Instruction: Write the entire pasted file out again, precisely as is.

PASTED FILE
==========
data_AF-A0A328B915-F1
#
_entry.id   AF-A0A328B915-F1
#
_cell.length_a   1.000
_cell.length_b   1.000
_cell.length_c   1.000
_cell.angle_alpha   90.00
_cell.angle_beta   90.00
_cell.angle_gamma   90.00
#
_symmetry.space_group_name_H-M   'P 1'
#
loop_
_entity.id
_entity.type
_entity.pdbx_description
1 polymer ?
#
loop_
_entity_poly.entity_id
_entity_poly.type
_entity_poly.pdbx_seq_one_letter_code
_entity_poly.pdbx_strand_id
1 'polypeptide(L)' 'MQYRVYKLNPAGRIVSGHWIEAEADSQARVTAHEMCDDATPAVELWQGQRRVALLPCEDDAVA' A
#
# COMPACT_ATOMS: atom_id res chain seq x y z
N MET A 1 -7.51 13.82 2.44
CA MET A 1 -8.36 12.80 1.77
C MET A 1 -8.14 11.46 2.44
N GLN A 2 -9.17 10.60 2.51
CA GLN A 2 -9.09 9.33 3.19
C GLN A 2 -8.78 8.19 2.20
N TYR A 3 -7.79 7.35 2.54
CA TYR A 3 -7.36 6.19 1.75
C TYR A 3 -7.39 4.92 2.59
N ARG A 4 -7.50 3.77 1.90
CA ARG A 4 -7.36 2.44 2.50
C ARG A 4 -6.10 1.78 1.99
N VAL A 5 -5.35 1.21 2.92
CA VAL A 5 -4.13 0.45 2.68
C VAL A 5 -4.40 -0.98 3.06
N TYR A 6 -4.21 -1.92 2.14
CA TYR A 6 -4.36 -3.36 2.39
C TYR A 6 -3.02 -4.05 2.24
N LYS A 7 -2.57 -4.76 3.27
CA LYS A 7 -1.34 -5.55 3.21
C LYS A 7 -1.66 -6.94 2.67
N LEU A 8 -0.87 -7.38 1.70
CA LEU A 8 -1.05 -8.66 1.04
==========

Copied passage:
data_AF-A0A328B915-F1
#
_entry.id   AF-A0A328B915-F1
#
_cell.length_a   1.000
_cell.length_b   1.000
_cell.length_c   1.000
_cell.angle_alpha   90.00
_cell.angle_beta   90.00
_cell.angle_gamma   90.00
#
_symmetry.space_group_name_H-M   'P 1'
#
loop_
_entity.id
_entity.type
_entity.pdbx_description
1 polymer ?
#
loop_
_entity_poly.entity_id
_entity_poly.type
_entity_poly.pdbx_seq_one_letter_code
_entity_poly.pdbx_strand_id
1 'polypeptide(L)' 'MQYRVYKLNPAGRIVSGHWIEAEADSQARVTAHEMCDDATPAVELWQGQRRVALLPCEDDAVA' A
#
# COMPACT_ATOMS: atom_id res chain seq x y z
N MET A 1 -7.51 13.82 2.44
CA MET A 1 -8.36 12.80 1.77
C MET A 1 -8.14 11.46 2.44
N GLN A 2 -9.17 10.60 2.51
CA GLN A 2 -9.09 9.33 3.19
C GLN A 2 -8.78 8.19 2.20
N TYR A 3 -7.79 7.35 2.54
CA TYR A 3 -7.36 6.19 1.75
C TYR A 3 -7.39 4.92 2.59
N ARG A 4 -7.50 3.77 1.90
CA ARG A 4 -7.36 2.44 2.50
C ARG A 4 -6.10 1.78 1.99
N VAL A 5 -5.35 1.21 2.92
CA VAL A 5 -4.13 0.45 2.68
C VAL A 5 -4.40 -0.98 3.06
N TYR A 6 -4.21 -1.92 2.14
CA TYR A 6 -4.36 -3.36 2.39
C TYR A 6 -3.02 -4.05 2.24
N LYS A 7 -2.57 -4.76 3.27
CA LYS A 7 -1.34 -5.55 3.21
C LYS A 7 -1.66 -6.94 2.67
N LEU A 8 -0.87 -7.38 1.70
CA LEU A 8 -1.05 -8.66 1.04